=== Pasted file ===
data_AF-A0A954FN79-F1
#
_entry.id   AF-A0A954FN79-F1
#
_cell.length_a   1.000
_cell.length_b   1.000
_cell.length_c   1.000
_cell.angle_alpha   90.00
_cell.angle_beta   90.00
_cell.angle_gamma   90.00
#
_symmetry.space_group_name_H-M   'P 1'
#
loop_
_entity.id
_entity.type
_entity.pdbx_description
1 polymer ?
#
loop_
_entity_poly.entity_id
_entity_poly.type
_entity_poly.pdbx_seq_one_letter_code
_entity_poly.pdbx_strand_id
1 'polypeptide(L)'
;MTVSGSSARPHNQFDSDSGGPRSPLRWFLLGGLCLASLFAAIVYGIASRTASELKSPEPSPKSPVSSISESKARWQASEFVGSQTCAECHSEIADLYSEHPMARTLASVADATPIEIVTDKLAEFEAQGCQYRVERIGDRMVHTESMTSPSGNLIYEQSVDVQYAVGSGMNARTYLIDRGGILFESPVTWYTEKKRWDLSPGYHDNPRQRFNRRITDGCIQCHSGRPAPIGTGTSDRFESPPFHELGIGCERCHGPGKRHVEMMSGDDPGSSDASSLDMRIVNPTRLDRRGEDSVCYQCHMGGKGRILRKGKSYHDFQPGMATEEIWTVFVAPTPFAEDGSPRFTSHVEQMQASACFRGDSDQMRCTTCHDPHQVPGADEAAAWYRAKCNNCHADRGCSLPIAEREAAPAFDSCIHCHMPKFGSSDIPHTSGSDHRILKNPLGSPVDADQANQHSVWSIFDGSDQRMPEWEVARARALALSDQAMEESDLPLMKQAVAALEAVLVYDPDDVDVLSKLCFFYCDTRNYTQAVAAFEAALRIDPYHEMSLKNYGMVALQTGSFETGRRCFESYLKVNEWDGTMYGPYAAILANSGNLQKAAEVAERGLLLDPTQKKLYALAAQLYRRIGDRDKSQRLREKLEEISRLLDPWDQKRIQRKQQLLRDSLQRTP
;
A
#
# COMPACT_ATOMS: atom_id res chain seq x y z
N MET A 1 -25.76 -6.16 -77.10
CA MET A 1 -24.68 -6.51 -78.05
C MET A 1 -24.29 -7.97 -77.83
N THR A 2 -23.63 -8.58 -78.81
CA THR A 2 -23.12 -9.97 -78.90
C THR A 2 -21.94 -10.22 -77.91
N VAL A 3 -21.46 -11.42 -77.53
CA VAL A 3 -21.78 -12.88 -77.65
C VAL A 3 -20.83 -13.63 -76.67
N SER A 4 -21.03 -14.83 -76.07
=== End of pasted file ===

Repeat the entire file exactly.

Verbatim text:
data_AF-A0A954FN79-F1
#
_entry.id   AF-A0A954FN79-F1
#
_cell.length_a   1.000
_cell.length_b   1.000
_cell.length_c   1.000
_cell.angle_alpha   90.00
_cell.angle_beta   90.00
_cell.angle_gamma   90.00
#
_symmetry.space_group_name_H-M   'P 1'
#
loop_
_entity.id
_entity.type
_entity.pdbx_description
1 polymer ?
#
loop_
_entity_poly.entity_id
_entity_poly.type
_entity_poly.pdbx_seq_one_letter_code
_entity_poly.pdbx_strand_id
1 'polypeptide(L)'
;MTVSGSSARPHNQFDSDSGGPRSPLRWFLLGGLCLASLFAAIVYGIASRTASELKSPEPSPKSPVSSISESKARWQASEFVGSQTCAECHSEIADLYSEHPMARTLASVADATPIEIVTDKLAEFEAQGCQYRVERIGDRMVHTESMTSPSGNLIYEQSVDVQYAVGSGMNARTYLIDRGGILFESPVTWYTEKKRWDLSPGYHDNPRQRFNRRITDGCIQCHSGRPAPIGTGTSDRFESPPFHELGIGCERCHGPGKRHVEMMSGDDPGSSDASSLDMRIVNPTRLDRRGEDSVCYQCHMGGKGRILRKGKSYHDFQPGMATEEIWTVFVAPTPFAEDGSPRFTSHVEQMQASACFRGDSDQMRCTTCHDPHQVPGADEAAAWYRAKCNNCHADRGCSLPIAEREAAPAFDSCIHCHMPKFGSSDIPHTSGSDHRILKNPLGSPVDADQANQHSVWSIFDGSDQRMPEWEVARARALALSDQAMEESDLPLMKQAVAALEAVLVYDPDDVDVLSKLCFFYCDTRNYTQAVAAFEAALRIDPYHEMSLKNYGMVALQTGSFETGRRCFESYLKVNEWDGTMYGPYAAILANSGNLQKAAEVAERGLLLDPTQKKLYALAAQLYRRIGDRDKSQRLREKLEEISRLLDPWDQKRIQRKQQLLRDSLQRTP
;
A
#
# COMPACT_ATOMS: atom_id res chain seq x y z
N MET A 1 -25.76 -6.16 -77.10
CA MET A 1 -24.68 -6.51 -78.05
C MET A 1 -24.29 -7.97 -77.83
N THR A 2 -23.63 -8.58 -78.81
CA THR A 2 -23.12 -9.97 -78.90
C THR A 2 -21.94 -10.22 -77.91
N VAL A 3 -21.46 -11.42 -77.53
CA VAL A 3 -21.78 -12.88 -77.65
C VAL A 3 -20.83 -13.63 -76.67
N SER A 4 -21.03 -14.83 -76.07